Climate change, or global warming, is the result of the build-up of greenhouse gases in the atmosphere that can have major environmental implications such as the destruction of coastal regions, disruption of ecosystems, economic devastation and more.
The Carbon Tax is a tax on carbon dioxide emissions from fossil fuels – the primary greenhouse gas – to ultimately reduce its effect on global warming.
According to the Department of Energy, carbon dioxide released by burning oil, coal and natural gas makes up 82% of total greenhouse gas emissions in the U.S – and the U.S. accounts for around 20% of the world’s CO2 emissions from fuel-burning.
Groups like The Citizens Climate Lobby promote the idea of a revenue-neutral “fee-and-dividend” carbon tax with 100% of the net revenue returned directly to households on a quarterly basis. The idea is that the tax will ultimately reduce greenhouse gas emissions and improve the planet while also growing the economy.
By taxing carbon dioxide pollution, U.S. consumers are more likely to move away from fossil fuels-based energy and towards renewable energy sources as fossil fuels become more expensive.
The hope is that by taxing pollution-generating activities, consumers will use less energy and therefore emit less CO2 overall.
Additionally, carbon taxes could also generate a significant amount of revenue.
Rep. John Larson of Connecticut has introduced a carbon tax proposal of $15 per ton of CO2. This would generate an estimated $80 billion in revenue. According to Rep Larson’s bill’s predictions, after 10 years, annual revenue will be an estimated $440 billion and U.S. emissions will be reduced by as much as one third.
Another recent proposal from the Climate Leadership Council calls for a comprehensive nationwide carbon tax starting at $40 per ton of CO2 and rising over time. The tax would start at $40 in 2018 and increase $5 per ton each year.
By 2030, annual U.S. CO2 emissions would be reduced by almost 40% from baseline levels in 2005.
A carbon tax would help discourage the use of fossil fuels, resulting in better air quality, a less powerful fossil fuel industry, and help reduce our reliance on foreign oil.
Carbon taxes have been enacted in other countries around the world including Ireland, where the tax covers almost all of the fossil fuels used by homes, offices, vehicles and farms. The carbon tax generates almost €400 million annually. (Ireland also levies a vehicle registration tax that is partly emissions-based. Taxes are based on a vehicle’s make, model and CO2 emissions.)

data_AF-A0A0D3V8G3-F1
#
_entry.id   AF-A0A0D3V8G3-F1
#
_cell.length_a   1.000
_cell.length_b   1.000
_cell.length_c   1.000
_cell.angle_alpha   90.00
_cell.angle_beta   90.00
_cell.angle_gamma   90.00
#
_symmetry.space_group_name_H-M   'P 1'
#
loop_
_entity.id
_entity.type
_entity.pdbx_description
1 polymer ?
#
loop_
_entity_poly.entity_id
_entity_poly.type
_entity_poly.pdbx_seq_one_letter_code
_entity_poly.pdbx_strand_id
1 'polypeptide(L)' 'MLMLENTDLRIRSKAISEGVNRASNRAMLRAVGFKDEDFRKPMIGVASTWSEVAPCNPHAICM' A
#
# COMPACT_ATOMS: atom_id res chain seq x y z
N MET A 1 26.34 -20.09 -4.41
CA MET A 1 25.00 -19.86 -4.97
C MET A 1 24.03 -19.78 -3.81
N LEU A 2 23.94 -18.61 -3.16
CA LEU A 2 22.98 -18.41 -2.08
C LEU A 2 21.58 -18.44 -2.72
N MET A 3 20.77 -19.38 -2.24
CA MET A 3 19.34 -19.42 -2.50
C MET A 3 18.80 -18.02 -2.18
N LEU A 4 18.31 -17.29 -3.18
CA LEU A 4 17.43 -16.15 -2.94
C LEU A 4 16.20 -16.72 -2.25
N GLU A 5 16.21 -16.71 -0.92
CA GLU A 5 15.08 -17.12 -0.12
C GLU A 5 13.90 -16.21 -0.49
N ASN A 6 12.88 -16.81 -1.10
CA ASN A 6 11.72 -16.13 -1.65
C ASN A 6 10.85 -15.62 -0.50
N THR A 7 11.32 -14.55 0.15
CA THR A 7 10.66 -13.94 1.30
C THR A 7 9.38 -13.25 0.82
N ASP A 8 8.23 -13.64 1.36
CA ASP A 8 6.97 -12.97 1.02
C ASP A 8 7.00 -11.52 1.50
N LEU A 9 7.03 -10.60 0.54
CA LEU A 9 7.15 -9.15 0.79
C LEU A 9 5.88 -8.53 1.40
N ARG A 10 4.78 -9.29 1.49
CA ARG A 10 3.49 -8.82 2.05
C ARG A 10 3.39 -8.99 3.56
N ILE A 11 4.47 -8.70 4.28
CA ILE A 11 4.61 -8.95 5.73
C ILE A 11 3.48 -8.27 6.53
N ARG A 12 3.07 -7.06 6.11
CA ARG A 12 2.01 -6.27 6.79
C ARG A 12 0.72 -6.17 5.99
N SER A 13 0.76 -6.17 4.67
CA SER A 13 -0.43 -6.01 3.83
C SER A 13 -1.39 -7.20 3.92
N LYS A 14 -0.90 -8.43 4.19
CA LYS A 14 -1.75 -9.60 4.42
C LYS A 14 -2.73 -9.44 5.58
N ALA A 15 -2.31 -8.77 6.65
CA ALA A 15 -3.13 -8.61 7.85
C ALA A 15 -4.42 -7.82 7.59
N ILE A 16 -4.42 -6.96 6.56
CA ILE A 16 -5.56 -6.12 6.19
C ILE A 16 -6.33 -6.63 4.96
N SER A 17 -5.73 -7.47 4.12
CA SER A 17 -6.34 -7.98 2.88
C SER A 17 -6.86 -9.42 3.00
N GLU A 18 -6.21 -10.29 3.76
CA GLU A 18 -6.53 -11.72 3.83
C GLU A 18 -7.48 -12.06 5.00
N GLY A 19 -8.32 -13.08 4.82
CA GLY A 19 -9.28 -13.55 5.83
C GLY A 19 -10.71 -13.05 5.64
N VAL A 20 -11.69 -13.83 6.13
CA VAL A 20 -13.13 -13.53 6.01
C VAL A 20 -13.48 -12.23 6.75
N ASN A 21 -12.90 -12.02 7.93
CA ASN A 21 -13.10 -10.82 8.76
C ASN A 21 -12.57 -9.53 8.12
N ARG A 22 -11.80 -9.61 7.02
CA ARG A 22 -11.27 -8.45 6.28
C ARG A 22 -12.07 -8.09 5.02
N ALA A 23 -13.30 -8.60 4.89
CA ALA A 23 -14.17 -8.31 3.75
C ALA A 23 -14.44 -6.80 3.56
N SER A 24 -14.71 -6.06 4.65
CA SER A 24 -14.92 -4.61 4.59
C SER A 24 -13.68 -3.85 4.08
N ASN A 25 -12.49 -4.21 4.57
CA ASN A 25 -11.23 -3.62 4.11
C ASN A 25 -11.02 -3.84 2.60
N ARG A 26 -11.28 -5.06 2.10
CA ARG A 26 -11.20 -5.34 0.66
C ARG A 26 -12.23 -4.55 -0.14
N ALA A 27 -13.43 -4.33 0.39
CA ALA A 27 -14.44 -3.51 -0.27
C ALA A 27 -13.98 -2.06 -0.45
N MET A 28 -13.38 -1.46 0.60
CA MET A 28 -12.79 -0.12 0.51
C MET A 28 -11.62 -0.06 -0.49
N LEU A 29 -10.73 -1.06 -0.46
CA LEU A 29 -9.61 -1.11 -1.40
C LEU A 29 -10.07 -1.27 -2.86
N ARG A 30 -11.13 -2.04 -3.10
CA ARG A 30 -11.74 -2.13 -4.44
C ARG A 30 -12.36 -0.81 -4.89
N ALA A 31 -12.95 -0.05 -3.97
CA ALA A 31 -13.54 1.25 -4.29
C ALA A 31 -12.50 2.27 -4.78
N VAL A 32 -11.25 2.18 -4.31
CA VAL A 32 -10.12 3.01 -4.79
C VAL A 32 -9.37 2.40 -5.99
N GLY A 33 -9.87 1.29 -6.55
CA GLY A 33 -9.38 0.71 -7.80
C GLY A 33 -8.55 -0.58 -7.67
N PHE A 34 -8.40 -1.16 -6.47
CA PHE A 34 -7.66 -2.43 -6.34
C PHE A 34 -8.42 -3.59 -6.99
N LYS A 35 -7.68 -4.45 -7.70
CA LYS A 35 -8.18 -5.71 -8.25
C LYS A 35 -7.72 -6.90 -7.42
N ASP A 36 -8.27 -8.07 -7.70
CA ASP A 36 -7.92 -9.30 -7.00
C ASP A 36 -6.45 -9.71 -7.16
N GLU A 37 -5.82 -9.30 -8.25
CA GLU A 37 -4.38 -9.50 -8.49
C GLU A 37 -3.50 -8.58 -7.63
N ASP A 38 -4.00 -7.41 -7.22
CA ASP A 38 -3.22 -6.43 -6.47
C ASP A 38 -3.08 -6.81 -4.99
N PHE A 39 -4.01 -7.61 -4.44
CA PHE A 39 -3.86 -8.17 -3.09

Sweden has had a tax on carbon emissions since 1991 and Finland introduced its carbon tax in 1990. Other countries like Great Britain and France have considered various carbon tax proposals.
Australia had a brief carbon tax in 2012 that was repealed two years later amidst political pressure. Chile’s climate pollution tax, the first in South America, is expected to take effect in 2018.
Voters in Boulder, Colorado, passed a carbon tax referendum in 2006 of $7/ton. Though the tax only applies to electricity, it is the first climate-protecting tax ever levied in the U.S.
Washington State is currently campaigning to enact a statewide carbon tax.
Historically, fuel taxes in the U.S. haven’t been popular. But concerns about global warming are increasing. In Gallup’s annual environmental poll last year, 64% of Americans said they are worried about global warming – the highest percent since 2008.
Ultimately, combating climate change will require worldwide cooperation of consumers and corporations that produce the pollution. But polices like a carbon tax could provide a powerful incentive for consumers and businesses to use less carbon-emitting energy, which is a step in the right direction.
To learn more or to get involved with the network of activists supporting a comprehensive nationwide carbon tax, visit The Carbon Tax Center.